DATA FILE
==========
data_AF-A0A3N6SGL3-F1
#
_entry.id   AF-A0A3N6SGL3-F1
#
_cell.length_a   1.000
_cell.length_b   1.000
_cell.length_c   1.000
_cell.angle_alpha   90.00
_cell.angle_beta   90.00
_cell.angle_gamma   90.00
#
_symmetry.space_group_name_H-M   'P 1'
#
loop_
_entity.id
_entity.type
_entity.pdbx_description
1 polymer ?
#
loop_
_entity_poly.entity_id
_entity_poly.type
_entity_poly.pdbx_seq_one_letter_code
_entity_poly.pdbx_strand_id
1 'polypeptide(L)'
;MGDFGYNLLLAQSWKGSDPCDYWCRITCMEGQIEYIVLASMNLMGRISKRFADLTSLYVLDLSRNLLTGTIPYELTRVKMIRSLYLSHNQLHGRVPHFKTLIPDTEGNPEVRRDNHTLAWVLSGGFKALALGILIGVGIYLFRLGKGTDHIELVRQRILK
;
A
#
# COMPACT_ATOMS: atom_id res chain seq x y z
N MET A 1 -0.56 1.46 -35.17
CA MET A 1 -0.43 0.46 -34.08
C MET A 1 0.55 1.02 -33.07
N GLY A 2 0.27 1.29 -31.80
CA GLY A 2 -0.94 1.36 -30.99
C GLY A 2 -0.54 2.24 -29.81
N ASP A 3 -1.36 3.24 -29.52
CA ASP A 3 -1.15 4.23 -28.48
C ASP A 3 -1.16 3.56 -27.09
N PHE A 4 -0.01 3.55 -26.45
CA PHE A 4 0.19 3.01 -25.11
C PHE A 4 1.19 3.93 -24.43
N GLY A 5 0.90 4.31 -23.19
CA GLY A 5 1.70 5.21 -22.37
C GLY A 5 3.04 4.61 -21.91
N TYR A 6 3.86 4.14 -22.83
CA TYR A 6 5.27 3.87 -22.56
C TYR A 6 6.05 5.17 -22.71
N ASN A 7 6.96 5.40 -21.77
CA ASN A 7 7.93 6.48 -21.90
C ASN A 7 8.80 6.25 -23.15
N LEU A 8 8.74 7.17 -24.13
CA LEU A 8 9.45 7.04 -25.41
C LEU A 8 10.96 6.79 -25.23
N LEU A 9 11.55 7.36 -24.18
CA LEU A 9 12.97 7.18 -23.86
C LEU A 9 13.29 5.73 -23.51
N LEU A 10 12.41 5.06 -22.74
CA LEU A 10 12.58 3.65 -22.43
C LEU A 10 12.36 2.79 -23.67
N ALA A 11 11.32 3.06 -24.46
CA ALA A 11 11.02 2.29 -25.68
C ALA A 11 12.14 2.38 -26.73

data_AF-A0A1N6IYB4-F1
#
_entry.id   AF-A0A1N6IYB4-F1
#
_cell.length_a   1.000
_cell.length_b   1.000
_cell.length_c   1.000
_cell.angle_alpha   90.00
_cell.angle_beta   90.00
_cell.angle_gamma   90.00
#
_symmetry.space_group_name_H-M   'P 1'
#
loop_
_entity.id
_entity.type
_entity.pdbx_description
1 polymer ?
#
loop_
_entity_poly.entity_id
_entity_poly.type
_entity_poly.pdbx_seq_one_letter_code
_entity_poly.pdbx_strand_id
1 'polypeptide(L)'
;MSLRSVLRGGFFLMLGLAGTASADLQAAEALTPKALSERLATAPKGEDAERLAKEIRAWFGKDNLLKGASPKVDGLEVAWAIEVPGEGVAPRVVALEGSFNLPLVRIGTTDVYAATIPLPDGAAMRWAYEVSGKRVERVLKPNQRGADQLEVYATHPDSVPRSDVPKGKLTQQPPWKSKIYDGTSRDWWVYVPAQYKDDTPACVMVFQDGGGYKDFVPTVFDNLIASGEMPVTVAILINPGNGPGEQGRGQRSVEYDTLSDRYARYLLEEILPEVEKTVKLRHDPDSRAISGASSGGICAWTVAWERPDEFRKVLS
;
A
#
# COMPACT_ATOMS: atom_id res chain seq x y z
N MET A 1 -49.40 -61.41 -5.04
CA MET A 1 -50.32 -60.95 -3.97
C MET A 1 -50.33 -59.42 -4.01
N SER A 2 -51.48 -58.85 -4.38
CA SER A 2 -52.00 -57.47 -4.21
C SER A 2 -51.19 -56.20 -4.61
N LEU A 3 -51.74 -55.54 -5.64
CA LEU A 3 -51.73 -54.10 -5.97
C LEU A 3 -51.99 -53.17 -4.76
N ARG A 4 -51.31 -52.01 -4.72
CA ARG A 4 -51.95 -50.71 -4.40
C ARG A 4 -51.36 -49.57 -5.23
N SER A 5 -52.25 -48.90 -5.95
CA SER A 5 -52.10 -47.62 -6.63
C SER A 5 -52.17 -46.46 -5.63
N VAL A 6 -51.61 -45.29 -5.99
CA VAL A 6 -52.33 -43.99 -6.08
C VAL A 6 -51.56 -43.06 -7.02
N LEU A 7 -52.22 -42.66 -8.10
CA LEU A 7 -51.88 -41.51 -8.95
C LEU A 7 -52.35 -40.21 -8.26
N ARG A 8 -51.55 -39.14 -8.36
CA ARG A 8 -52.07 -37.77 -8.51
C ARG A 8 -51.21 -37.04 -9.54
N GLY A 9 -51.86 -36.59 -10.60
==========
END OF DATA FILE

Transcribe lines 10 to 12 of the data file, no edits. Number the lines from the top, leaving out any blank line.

_cell.angle_gamma   90.00
#
_symmetry.space_group_name_H-M   'P 1'